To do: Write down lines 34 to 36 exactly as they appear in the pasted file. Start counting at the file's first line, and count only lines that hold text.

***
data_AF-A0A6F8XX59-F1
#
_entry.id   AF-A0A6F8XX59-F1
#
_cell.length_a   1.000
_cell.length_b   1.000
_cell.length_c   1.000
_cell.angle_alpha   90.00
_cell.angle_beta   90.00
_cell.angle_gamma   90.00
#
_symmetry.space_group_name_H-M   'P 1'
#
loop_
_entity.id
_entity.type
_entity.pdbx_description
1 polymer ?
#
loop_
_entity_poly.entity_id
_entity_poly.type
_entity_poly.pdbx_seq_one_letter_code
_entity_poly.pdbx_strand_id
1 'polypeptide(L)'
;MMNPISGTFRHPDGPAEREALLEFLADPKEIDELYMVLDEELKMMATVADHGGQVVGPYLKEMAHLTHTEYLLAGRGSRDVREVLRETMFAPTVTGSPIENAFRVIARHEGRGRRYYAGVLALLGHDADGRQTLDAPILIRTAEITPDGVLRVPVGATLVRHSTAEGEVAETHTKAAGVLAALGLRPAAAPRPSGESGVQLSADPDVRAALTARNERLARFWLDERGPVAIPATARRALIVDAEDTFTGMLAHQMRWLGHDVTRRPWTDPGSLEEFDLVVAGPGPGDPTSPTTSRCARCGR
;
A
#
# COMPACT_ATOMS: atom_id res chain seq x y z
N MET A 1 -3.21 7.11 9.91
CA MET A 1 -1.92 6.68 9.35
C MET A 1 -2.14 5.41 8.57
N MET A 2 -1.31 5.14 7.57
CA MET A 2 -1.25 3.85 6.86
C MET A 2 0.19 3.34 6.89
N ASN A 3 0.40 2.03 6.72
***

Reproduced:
N MET A 2 -1.31 5.14 7.57
CA MET A 2 -1.25 3.85 6.86
C MET A 2 0.19 3.34 6.89